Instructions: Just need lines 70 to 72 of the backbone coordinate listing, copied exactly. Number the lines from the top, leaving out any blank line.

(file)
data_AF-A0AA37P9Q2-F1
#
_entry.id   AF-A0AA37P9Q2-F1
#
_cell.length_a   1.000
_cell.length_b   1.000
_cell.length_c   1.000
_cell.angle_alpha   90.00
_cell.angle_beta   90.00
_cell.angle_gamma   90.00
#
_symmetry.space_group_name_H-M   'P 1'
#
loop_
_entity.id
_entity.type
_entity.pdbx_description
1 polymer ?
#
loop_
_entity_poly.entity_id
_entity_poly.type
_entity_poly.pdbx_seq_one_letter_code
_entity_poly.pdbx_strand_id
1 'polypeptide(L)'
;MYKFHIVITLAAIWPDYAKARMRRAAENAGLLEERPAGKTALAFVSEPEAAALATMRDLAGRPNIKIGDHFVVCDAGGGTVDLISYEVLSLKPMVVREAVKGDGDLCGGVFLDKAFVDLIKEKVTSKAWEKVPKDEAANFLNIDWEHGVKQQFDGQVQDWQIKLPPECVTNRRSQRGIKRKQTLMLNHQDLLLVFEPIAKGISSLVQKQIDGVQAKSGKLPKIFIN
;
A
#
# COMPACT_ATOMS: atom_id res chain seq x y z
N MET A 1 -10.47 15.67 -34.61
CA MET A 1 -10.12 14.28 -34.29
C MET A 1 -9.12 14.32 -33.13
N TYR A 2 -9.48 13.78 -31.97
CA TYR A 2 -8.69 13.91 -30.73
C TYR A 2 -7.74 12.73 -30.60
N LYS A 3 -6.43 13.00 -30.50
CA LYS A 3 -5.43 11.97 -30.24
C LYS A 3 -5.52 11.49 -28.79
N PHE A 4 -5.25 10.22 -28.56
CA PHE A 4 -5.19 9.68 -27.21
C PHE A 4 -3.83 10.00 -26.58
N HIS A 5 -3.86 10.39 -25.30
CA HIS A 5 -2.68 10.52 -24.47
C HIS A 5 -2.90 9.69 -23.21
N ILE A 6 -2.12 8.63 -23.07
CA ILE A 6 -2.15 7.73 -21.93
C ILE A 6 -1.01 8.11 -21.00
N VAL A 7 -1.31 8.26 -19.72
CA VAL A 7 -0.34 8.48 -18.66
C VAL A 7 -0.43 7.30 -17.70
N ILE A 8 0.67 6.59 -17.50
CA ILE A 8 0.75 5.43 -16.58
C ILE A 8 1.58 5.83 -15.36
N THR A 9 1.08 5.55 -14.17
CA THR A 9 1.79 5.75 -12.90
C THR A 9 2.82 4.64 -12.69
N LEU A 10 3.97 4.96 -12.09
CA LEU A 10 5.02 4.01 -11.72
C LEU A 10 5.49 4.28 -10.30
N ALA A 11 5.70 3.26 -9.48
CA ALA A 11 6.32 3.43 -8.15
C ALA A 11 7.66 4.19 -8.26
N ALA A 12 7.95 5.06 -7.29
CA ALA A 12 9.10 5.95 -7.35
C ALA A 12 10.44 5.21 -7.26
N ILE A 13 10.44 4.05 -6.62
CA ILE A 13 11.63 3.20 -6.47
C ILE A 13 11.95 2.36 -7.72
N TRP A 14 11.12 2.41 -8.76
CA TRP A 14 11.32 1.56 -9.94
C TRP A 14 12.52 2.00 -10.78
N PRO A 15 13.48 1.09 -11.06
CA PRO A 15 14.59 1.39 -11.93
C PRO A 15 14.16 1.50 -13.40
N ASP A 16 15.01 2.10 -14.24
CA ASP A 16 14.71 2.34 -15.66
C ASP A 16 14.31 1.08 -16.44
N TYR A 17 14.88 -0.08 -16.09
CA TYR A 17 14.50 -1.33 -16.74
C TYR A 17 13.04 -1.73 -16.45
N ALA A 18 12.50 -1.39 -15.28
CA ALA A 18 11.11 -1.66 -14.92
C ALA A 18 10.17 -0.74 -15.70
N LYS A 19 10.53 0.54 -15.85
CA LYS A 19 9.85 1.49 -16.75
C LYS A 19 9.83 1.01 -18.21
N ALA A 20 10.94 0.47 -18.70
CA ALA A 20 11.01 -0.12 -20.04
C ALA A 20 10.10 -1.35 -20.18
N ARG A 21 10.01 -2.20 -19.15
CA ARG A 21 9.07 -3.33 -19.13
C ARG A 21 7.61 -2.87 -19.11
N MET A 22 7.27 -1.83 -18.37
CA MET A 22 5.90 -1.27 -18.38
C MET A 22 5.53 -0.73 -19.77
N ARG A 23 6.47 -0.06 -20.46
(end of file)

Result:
N TRP A 14 11.12 2.41 -8.76
CA TRP A 14 11.32 1.56 -9.94
C TRP A 14 12.52 2.00 -10.78